MISSOULA, Mont.—Leaders from 15 different states home to wild, free-ranging elk recently gathered at the Rocky Mountain Elk Foundation to discuss a wide range of issues that impact elk and elk habitat.
The U.S. Forest Service, Bureau of Land Management, researchers, RMEF staff and board members, and others that support RMEF and its mission were also in attendance.
“This is our third elk summit we hosted over the last seven years,” said Blake Henning, RMEF chief conservation officer. “We find it is an excellent opportunity for our state and federal partners to introduce and address issues as well as share challenges and potential solutions.”
Highlighted topics from the three-day summit included private/public land use by elk, public access, elk hunting, disease, communicating about hunting, the environmental analysis on habitat projects and conservation.
Wildlife officials in attendance included representatives from Arizona, Colorado, Idaho, Kentucky, Missouri, Montana, New Mexico, North Carolina, North Dakota, Oregon, Pennsylvania, Utah, Washington, Wisconsin and Wyoming.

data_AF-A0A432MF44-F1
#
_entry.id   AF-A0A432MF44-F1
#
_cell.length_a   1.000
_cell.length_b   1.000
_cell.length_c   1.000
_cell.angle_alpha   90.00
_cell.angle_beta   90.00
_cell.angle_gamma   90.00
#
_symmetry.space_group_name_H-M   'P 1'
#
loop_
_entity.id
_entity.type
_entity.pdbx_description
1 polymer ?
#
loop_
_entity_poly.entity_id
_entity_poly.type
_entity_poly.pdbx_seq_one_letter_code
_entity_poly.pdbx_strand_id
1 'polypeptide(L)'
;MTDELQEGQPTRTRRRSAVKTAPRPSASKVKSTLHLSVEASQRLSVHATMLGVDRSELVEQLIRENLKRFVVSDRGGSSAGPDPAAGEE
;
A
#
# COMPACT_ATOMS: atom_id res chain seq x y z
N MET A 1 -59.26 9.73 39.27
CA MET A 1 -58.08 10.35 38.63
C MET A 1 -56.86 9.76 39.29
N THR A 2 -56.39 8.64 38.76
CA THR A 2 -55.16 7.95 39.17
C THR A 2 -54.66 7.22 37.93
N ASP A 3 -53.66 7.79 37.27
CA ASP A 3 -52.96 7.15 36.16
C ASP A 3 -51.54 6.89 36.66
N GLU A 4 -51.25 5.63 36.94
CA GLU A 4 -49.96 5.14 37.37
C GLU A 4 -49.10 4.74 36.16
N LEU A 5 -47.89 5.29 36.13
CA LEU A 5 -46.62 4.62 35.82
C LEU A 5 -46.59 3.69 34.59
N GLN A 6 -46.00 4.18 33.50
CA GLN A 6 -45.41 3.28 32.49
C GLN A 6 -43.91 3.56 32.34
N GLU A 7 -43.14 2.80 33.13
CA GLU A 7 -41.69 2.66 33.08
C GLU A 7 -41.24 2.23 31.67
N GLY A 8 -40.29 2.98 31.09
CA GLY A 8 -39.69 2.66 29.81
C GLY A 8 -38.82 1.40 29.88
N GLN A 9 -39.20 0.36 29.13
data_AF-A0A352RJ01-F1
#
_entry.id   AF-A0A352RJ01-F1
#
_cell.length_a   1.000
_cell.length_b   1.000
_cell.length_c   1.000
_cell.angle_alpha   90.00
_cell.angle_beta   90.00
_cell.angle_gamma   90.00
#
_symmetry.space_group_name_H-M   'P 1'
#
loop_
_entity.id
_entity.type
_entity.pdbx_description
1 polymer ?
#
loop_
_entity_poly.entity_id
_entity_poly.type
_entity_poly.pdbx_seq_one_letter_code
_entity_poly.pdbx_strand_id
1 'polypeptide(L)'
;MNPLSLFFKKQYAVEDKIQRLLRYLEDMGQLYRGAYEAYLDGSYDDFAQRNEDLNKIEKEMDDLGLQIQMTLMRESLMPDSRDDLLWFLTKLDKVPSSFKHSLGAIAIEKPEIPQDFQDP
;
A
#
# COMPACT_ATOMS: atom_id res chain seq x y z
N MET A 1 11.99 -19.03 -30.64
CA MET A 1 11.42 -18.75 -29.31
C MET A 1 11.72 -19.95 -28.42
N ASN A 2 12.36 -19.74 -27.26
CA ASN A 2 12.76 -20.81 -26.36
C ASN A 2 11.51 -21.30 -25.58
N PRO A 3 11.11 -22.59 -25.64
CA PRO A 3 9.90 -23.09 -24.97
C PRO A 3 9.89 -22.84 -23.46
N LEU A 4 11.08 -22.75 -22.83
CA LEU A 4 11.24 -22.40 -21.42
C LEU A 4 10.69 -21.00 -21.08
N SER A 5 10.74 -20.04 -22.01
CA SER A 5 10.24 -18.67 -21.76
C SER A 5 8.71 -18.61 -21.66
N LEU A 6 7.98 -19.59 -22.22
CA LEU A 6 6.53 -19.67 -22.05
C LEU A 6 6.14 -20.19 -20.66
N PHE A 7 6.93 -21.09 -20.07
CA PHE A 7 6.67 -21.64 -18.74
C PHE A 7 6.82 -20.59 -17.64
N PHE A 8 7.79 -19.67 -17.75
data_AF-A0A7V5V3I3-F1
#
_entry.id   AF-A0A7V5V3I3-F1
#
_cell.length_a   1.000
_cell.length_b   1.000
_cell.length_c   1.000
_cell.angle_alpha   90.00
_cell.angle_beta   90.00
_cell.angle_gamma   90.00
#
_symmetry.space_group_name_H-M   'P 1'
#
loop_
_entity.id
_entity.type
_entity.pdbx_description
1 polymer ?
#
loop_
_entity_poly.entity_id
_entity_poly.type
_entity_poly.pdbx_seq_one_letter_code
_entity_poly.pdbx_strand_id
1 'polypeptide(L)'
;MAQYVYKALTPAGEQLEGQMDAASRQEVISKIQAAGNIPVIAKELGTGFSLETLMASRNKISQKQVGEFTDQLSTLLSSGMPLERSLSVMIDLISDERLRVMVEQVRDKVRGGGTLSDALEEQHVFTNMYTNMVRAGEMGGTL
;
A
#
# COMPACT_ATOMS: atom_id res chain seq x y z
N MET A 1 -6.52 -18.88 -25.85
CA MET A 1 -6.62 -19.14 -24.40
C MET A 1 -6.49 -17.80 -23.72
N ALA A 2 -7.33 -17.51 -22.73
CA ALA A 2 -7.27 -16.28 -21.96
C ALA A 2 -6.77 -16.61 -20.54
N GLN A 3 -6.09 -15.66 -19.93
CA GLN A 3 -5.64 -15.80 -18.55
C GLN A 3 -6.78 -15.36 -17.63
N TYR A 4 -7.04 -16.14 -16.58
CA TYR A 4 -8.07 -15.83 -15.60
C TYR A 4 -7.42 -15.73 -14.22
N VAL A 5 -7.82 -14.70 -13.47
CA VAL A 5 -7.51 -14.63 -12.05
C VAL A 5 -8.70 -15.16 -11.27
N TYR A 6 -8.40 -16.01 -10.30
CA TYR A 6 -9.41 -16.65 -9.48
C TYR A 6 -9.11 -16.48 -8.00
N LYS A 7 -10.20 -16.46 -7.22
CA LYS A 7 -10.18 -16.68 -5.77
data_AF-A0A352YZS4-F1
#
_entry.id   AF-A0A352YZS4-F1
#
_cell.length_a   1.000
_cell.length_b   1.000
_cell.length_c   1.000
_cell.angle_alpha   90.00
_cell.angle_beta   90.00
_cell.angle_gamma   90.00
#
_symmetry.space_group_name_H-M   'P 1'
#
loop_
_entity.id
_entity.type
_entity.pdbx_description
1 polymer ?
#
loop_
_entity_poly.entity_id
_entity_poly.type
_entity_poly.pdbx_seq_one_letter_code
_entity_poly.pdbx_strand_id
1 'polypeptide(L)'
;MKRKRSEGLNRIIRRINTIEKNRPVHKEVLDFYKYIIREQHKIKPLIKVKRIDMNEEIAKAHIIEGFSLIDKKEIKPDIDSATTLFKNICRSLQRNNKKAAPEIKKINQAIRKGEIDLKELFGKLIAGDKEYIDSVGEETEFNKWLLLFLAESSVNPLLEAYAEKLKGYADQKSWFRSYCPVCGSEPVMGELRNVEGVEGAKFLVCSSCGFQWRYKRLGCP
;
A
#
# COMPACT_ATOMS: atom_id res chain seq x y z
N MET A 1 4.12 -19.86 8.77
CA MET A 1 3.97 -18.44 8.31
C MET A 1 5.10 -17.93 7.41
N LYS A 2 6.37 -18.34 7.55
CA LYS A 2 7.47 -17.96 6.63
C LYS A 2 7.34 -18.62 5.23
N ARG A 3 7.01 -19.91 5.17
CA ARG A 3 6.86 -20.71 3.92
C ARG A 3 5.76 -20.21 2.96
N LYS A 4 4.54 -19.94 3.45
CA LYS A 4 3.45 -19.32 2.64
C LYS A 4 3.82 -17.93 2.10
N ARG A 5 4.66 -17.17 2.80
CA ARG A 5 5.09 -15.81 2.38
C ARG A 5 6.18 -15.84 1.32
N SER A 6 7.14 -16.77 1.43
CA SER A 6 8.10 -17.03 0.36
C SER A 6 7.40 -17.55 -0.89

“We appreciate the past and ongoing work carried out by state wildlife agencies and our federal partners and we look forward to conducting more on-the-ground collaborative projects that benefit elk, other wildlife, their habitat and our hunting heritage in the future,” added Henning.
About the Rocky Mountain Elk Foundation:
Founded 35 years ago, fueled by hunters and a membership of nearly 235,000 strong, RMEF has conserved more than 7.5 million acres for elk and other wildlife. RMEF also works to open and improve public access, fund and advocate for science-based resource management, and ensure the future of America’s hunting heritage. Discover why “Hunting Is Conservation™” at www.rmef.org, elknetwork.com or 800-CALL ELK.